by Joyce Marcel
American Reporter Correspondent
October 7, 2004
THE LONELINESS OF THE LONG-DISTANCE DAUGHTER
DUMMERSTON, Vt. -- It's funny how quaint it seems now, the idea of retiring to Florida (or even having enough money to retire at all). But thirty years ago it was the dream of millions of hard-working Americans, many of whom actually pulled up their northern roots and moved south.
That particular American dream had dangerous underpinnings for the American family. It was one of the reasons that extended families disappeared, shrunk down to middle-aged couples separated from their own parents as well as their children, cousins and, eventually, their grandchildren. It became a world of families joined only by airline tickets and the slender thread of land-line phones.
Thirty years ago, my parents retired to a part of Ft. Lauderdale where there was nothing but scrub trees, narrow roads, cow pastures and new developments. Now there isn't a bit of open space left. The malls are huge. Roads packed with new cars run four lanes in each direction. New towns spring up all the time.
My mother, now 87, has had a wonderful life there. She is widely admired for the Broadway-style musical comedies she puts on in her condo. She has a full social life. She even remarried after my father died. She is still vital and healthy. But since my stepfather died two months ago, she feels a kind of deep loneliness that friendship alone cannot alleviate. She has no close family left except me, and I live in Vermont.
Her generation is now paying a very high price for cutting the cords of family. In her world, visits from children are treated like visits from royalty - or saints. The sentence, "My daughter wants me to come north and stay with her for the holidays," has more status than a 4-carat square-cut diamond ring. "My children don't visit me anymore," is the saddest sentence in the world.
When someone sells their home and returns "up north," it means they can no longer live alone or advocate for themselves with the medical establishment. They need to be near a family member who will take on that responsibility, and thus they are on the certain path to deterioration and death. Seen in this light, returning north is something to be avoided.
This makes for a curious tension. My mother and I want - and need - to be near each other. But she wants me to move to Florida, while I want her to move to Vermont.
A number of people my age - generally but not exclusively women - move to Florida to live with their aging parents. These are people who have never married, or are divorced and at loose ends, or who were downsized or are in some other financial difficulty. They are people to whom life in a Florida retirement community makes some kind of sense. My mother's condo even has a "50s-60s" club now.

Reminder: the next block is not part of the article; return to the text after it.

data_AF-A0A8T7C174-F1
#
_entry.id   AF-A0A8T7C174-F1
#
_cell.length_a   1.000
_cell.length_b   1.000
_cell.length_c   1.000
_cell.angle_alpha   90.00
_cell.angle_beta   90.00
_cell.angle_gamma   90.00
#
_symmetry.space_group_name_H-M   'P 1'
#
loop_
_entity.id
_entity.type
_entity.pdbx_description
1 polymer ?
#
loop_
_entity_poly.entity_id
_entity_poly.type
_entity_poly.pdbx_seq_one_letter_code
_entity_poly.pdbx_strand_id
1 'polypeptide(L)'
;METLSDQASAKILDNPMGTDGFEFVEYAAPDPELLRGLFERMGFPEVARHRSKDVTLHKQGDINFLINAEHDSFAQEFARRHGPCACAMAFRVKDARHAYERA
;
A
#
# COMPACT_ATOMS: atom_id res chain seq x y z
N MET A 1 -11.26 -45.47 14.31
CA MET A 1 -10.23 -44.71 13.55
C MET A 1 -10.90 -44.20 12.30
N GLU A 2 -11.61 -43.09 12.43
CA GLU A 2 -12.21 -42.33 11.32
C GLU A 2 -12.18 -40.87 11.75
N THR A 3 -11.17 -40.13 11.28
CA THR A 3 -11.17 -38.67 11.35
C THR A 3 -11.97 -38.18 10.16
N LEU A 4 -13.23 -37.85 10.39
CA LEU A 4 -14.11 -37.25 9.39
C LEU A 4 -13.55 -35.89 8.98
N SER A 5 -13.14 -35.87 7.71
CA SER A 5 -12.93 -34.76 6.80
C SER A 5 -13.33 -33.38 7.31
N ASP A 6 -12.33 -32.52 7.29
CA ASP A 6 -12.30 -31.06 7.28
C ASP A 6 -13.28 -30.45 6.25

For those of us who are leading complicated, demanding and rewarding lives up north, however, Florida is not a desirable option.
Mom has been depressed since my stepfather died, so last week I went down to keep her company. She has a beautiful house with plenty of space for me, and I've been visiting there so long that I'm now a part of the community. Last week, during auditions for the new show, for example, several people suggested I try out - they thought I would be good at lip synching Sophie Tucker's "Red Hot Mama."
I know it meant a lot to my mother to have me there. And living with her felt natural - so natural, in fact, that I forgot all about my life in Vermont. I forgot about my husband's kisses and the Red Sox and the clear, crisp light of autumn, and the ever-changing beauty of Spaulding Hill Road. It all faded away as if it had never existed.
While I was there, I helped Mom clear away some of the detritus of 30 years of pack-ratting. We tucked away photos of long-gone relatives. We donated sacks of paperback novels and hardcover books to the condo library. We cleared out multiple decks of cards, loads of antique electronic equipment, old magazines, bags of costume jewelry, yellowing pads of paper and broken watches. We made a great team.
Our parting was literally wrenching. I felt as if I was being torn away from my full, rich life. And I felt incredibly guilty about leaving my mother alone.
My first night back home, I barely knew where I was. I missed my mother. Green palms had morphed into flaming maples, but my head was in two places at the same time and my heart didn't know where to land.
At some cost to herself, my mother finally set me free. "Enjoy your wonderful husband," she said generously over the phone the next day. "Enjoy your beautiful house and your beautiful cat."
I'm beginning to understand why most marriage vows include the phrase, "And forsaking all others." It is not only about fidelity. It is also about transferring your emotions from your parents to your spouse, when the ties that bind you to your parents seem to be made of iron and rubber at the same time.
There is no solution to this problem; it is the price my mother and I are paying today for that long-ago lure of a happy, sun-drenched retirement. For now, we'll cobble together a life of daily phone calls. In emergencies, I'm just a plane ride away. And I'm guessing that she'll accept my invitation to visit Vermont for the holidays.< Joyce Marcel is a free-lance journalist who writes about culture, politics, economics and travel.